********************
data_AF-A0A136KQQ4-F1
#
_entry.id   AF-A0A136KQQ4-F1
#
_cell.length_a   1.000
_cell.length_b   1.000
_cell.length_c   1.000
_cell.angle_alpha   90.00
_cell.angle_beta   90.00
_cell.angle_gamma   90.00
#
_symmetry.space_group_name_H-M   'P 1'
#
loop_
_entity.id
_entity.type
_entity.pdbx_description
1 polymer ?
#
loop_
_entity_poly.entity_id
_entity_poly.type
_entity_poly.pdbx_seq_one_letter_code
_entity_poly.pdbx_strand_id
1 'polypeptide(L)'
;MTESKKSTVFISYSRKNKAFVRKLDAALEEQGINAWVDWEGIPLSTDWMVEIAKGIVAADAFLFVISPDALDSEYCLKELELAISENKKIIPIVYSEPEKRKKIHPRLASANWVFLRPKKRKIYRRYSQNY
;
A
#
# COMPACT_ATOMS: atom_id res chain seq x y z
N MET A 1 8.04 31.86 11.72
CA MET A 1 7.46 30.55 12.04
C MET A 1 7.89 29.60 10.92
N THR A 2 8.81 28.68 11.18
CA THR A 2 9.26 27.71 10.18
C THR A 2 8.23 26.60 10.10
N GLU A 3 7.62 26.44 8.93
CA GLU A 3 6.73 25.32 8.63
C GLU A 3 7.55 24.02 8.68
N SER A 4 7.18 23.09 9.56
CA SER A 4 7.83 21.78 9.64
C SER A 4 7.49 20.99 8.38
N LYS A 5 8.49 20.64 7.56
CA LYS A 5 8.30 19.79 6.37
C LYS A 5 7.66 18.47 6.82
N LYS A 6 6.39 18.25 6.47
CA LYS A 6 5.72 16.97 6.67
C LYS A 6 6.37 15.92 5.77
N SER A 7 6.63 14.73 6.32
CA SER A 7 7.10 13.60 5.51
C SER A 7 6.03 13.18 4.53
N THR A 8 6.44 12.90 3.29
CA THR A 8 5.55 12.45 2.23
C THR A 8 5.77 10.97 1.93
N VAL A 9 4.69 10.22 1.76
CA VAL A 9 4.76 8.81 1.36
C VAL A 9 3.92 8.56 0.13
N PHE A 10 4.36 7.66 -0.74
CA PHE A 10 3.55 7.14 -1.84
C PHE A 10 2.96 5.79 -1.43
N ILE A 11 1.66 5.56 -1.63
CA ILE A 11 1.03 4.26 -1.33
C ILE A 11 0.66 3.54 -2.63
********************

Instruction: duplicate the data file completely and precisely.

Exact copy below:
data_AF-A0A136KQQ4-F1
#
_entry.id   AF-A0A136KQQ4-F1
#
_cell.length_a   1.000
_cell.length_b   1.000
_cell.length_c   1.000
_cell.angle_alpha   90.00
_cell.angle_beta   90.00
_cell.angle_gamma   90.00
#
_symmetry.space_group_name_H-M   'P 1'
#
loop_
_entity.id
_entity.type
_entity.pdbx_description
1 polymer ?
#
loop_
_entity_poly.entity_id
_entity_poly.type
_entity_poly.pdbx_seq_one_letter_code
_entity_poly.pdbx_strand_id
1 'polypeptide(L)'
;MTESKKSTVFISYSRKNKAFVRKLDAALEEQGINAWVDWEGIPLSTDWMVEIAKGIVAADAFLFVISPDALDSEYCLKELELAISENKKIIPIVYSEPEKRKKIHPRLASANWVFLRPKKRKIYRRYSQNY
;
A
#
# COMPACT_ATOMS: atom_id res chain seq x y z
N MET A 1 8.04 31.86 11.72
CA MET A 1 7.46 30.55 12.04
C MET A 1 7.89 29.60 10.92
N THR A 2 8.81 28.68 11.18
CA THR A 2 9.26 27.71 10.18
C THR A 2 8.23 26.60 10.10
N GLU A 3 7.62 26.44 8.93
CA GLU A 3 6.73 25.32 8.63
C GLU A 3 7.55 24.02 8.68
N SER A 4 7.18 23.09 9.56
CA SER A 4 7.83 21.78 9.64
C SER A 4 7.49 20.99 8.38
N LYS A 5 8.49 20.64 7.56
CA LYS A 5 8.30 19.79 6.37
C LYS A 5 7.66 18.47 6.82
N LYS A 6 6.39 18.25 6.47
CA LYS A 6 5.72 16.97 6.67
C LYS A 6 6.37 15.92 5.77
N SER A 7 6.63 14.73 6.32
CA SER A 7 7.10 13.60 5.51
C SER A 7 6.03 13.18 4.53
N THR A 8 6.44 12.90 3.29
CA THR A 8 5.55 12.45 2.23
C THR A 8 5.77 10.97 1.93
N VAL A 9 4.69 10.22 1.76
CA VAL A 9 4.76 8.81 1.36
C VAL A 9 3.92 8.56 0.13
N PHE A 10 4.36 7.66 -0.74
CA PHE A 10 3.55 7.14 -1.84
C PHE A 10 2.96 5.79 -1.43
N ILE A 11 1.66 5.56 -1.63
CA ILE A 11 1.03 4.26 -1.33
C ILE A 11 0.66 3.54 -2.63